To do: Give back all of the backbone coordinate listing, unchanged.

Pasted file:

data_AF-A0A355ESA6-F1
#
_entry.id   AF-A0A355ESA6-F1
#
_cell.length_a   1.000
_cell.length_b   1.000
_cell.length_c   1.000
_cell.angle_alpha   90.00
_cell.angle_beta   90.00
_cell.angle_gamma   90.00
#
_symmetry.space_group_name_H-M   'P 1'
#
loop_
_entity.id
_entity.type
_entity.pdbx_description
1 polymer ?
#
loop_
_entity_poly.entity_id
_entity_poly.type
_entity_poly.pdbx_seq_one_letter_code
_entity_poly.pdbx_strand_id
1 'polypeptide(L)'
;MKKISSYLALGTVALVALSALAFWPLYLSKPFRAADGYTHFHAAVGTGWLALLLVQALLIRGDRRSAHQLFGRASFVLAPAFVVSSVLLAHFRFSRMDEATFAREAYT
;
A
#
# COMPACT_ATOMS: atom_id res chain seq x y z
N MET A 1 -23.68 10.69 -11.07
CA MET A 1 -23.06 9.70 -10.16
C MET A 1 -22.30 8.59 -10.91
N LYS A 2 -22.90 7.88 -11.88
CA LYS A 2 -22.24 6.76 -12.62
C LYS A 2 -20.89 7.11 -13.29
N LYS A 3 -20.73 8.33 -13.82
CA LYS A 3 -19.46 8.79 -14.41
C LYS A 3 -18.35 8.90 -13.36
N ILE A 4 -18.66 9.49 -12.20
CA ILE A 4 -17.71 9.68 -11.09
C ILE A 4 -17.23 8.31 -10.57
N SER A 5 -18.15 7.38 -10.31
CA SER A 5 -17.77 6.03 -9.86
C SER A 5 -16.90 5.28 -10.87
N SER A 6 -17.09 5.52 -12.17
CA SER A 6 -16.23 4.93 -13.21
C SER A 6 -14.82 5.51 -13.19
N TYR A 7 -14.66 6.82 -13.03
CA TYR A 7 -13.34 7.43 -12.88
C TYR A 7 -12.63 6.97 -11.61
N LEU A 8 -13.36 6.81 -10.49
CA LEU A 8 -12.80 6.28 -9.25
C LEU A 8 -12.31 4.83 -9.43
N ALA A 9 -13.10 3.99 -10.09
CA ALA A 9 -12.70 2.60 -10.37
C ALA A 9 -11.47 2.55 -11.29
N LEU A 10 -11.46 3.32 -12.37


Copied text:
data_AF-A0A355ESA6-F1
#
_entry.id   AF-A0A355ESA6-F1
#
_cell.length_a   1.000
_cell.length_b   1.000
_cell.length_c   1.000
_cell.angle_alpha   90.00
_cell.angle_beta   90.00
_cell.angle_gamma   90.00
#
_symmetry.space_group_name_H-M   'P 1'
#
loop_
_entity.id
_entity.type
_entity.pdbx_description
1 polymer ?
#
loop_
_entity_poly.entity_id
_entity_poly.type
_entity_poly.pdbx_seq_one_letter_code
_entity_poly.pdbx_strand_id
1 'polypeptide(L)'
;MKKISSYLALGTVALVALSALAFWPLYLSKPFRAADGYTHFHAAVGTGWLALLLVQALLIRGDRRSAHQLFGRASFVLAPAFVVSSVLLAHFRFSRMDEATFAREAYT
;
A
#
# COMPACT_ATOMS: atom_id res chain seq x y z
N MET A 1 -23.68 10.69 -11.07
CA MET A 1 -23.06 9.70 -10.16
C MET A 1 -22.30 8.59 -10.91
N LYS A 2 -22.90 7.88 -11.88
CA LYS A 2 -22.24 6.76 -12.62
C LYS A 2 -20.89 7.11 -13.29
N LYS A 3 -20.73 8.33 -13.82
CA LYS A 3 -19.46 8.79 -14.41
C LYS A 3 -18.35 8.90 -13.36
N ILE A 4 -18.66 9.49 -12.20
CA ILE A 4 -17.71 9.68 -11.09
C ILE A 4 -17.23 8.31 -10.57
N SER A 5 -18.15 7.38 -10.31
CA SER A 5 -17.77 6.03 -9.86
C SER A 5 -16.90 5.28 -10.87
N SER A 6 -17.09 5.52 -12.17
CA SER A 6 -16.23 4.93 -13.21
C SER A 6 -14.82 5.51 -13.19
N TYR A 7 -14.66 6.82 -13.03
CA TYR A 7 -13.34 7.43 -12.88
C TYR A 7 -12.63 6.97 -11.61
N LEU A 8 -13.36 6.81 -10.49
CA LEU A 8 -12.80 6.28 -9.25
C LEU A 8 -12.31 4.83 -9.43
N ALA A 9 -13.10 3.99 -10.09
CA ALA A 9 -12.70 2.60 -10.37
C ALA A 9 -11.47 2.55 -11.29
N LEU A 10 -11.46 3.32 -12.37